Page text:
Background: The aim of this retrospective study was to define clinical and pathological features and prognostic factors among children and adolescents diagnosed with high-grade osteosarcoma of the extremities.
Methods: A total of 73 patients younger than 18 years diagnosed with primary osteosarcoma of the extremities between January 1998 and December 2013 were retrospectively evaluated. Prognostic factors, such as age, gender, primary tumor site, alkaline phosphatase and lactate dehydrogenase levels, metastatic disease, pathological fracture, histological response, and surgery type, were analyzed to evaluate their effects on overall survival (OS) and event-free survival (EFS).
Results: At a median follow-up of 30 months (1.5-152), OS and EFS at 5 years were 64.5 ± 8.1 and 48.5 ± 8.7% for patients with localized disease; and 16.2 ± 7.9 and 14.4 ± 7.3% for patients with initial metastatic disease, respectively. In patients with localized disease, conservative surgery was performed on 22 of 46 patients (43.5%), and there was no significant difference in survival rates among patients who had conservative vs. radical surgery (p = 0.65). Although tumor size (>12 cm) was significant prognostic factor in univariate analysis; multivariate analysis identified elevated levels of alkaline phosphatase (p = 0.033) and poor response to neoadjuvant chemotherapy (p < 0.001) only as independent prognostic factors. Age, histological type, pathological fracture, and primary tumor site did not significantly affect prognosis.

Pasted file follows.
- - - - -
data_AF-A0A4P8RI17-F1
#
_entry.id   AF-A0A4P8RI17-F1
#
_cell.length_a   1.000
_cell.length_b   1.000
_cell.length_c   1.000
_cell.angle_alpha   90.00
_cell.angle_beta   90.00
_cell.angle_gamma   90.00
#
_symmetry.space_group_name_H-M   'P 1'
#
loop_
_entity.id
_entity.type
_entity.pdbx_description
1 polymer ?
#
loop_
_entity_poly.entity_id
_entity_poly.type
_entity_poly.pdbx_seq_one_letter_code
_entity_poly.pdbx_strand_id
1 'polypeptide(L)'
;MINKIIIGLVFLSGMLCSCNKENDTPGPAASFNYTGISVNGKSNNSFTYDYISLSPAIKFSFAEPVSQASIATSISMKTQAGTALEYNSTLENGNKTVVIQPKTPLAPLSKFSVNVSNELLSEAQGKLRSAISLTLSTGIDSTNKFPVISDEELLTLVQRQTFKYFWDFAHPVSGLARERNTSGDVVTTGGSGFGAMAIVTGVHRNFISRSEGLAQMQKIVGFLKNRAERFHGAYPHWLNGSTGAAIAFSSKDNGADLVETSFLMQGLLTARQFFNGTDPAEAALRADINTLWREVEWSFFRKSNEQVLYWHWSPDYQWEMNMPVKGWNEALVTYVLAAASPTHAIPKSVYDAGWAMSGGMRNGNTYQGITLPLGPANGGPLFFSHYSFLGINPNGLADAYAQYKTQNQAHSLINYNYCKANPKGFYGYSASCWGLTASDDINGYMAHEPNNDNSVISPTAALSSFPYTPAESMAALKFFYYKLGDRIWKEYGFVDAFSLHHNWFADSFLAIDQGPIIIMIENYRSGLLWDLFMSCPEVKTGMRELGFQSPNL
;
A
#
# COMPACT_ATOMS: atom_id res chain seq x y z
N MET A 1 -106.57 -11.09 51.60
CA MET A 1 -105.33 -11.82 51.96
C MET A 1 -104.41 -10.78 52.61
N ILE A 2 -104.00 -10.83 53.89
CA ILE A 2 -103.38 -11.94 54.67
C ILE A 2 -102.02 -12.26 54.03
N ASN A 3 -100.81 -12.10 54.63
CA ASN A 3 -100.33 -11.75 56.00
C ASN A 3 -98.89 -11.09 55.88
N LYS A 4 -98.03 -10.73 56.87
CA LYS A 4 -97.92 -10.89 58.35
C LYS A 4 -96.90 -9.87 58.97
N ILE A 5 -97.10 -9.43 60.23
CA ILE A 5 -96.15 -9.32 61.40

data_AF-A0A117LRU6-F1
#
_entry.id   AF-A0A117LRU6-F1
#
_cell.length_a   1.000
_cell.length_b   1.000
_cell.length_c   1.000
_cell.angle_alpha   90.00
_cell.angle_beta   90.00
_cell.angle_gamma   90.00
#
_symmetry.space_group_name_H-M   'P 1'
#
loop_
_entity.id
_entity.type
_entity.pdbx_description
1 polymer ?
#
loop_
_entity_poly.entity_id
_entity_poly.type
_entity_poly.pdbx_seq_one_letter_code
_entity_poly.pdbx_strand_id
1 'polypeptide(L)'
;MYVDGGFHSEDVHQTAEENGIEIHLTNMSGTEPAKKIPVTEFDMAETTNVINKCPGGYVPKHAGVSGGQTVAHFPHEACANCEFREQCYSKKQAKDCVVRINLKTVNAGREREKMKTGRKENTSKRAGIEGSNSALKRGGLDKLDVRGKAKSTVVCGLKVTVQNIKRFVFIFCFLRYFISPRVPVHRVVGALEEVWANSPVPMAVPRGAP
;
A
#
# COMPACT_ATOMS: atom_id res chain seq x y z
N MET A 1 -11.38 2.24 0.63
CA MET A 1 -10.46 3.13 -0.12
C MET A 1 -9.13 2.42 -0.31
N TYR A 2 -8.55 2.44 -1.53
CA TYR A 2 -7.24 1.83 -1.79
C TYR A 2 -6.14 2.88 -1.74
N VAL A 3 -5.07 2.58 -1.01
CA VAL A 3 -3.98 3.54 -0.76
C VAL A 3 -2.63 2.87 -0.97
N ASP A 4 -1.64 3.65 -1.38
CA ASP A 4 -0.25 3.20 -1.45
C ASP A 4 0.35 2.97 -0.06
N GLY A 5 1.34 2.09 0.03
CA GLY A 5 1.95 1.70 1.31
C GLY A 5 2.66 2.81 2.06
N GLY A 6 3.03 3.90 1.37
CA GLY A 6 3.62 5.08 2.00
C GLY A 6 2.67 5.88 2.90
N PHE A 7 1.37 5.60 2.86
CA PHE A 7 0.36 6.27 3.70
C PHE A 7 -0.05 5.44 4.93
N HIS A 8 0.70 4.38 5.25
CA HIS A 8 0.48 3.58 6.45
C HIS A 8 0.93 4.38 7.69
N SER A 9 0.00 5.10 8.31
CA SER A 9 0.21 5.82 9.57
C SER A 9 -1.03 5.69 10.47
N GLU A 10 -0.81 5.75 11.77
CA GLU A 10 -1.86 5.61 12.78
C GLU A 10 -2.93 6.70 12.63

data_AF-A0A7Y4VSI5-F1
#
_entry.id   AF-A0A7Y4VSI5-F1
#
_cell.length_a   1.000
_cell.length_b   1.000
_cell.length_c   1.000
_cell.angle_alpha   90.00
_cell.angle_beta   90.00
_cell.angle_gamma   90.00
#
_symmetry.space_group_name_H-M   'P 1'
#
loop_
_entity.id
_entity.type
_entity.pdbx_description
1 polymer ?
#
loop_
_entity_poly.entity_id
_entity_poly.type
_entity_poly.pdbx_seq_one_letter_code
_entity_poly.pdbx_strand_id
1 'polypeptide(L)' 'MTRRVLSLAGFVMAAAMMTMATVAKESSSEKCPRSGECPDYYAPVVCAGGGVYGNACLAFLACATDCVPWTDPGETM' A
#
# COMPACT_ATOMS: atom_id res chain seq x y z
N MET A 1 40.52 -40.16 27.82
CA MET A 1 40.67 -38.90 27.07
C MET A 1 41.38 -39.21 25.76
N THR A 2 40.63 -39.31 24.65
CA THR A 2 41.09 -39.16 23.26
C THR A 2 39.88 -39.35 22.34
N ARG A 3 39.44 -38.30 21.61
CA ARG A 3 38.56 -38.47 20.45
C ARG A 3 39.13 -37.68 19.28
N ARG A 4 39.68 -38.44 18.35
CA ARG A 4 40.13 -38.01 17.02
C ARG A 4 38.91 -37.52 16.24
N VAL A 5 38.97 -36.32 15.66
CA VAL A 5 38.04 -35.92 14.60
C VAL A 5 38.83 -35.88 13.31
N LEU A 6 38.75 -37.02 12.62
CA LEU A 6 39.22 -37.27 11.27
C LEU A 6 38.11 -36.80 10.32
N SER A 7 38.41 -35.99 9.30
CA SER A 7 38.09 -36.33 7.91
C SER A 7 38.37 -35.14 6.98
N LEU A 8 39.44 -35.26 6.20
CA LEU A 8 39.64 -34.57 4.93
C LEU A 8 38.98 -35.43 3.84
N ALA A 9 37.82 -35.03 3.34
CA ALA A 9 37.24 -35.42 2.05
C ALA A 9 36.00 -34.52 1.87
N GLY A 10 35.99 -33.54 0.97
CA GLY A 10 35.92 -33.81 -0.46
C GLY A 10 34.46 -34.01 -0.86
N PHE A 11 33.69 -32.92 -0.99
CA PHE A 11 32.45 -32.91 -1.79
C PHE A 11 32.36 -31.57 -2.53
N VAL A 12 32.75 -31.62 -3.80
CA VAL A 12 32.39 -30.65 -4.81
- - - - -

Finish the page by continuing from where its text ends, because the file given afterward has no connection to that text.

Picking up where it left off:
Conclusion: Initial elevated presence of alkaline phosphatase in serum and poor histological response after neoadjuvant chemotherapy were significant factors for unfavorable prognosis. It is necessary to optimize staging and treatment intensification to improve survival rates, especially among patients with metastasis at initial presentation.
Keywords: children; osteosarcoma; prognostic factors.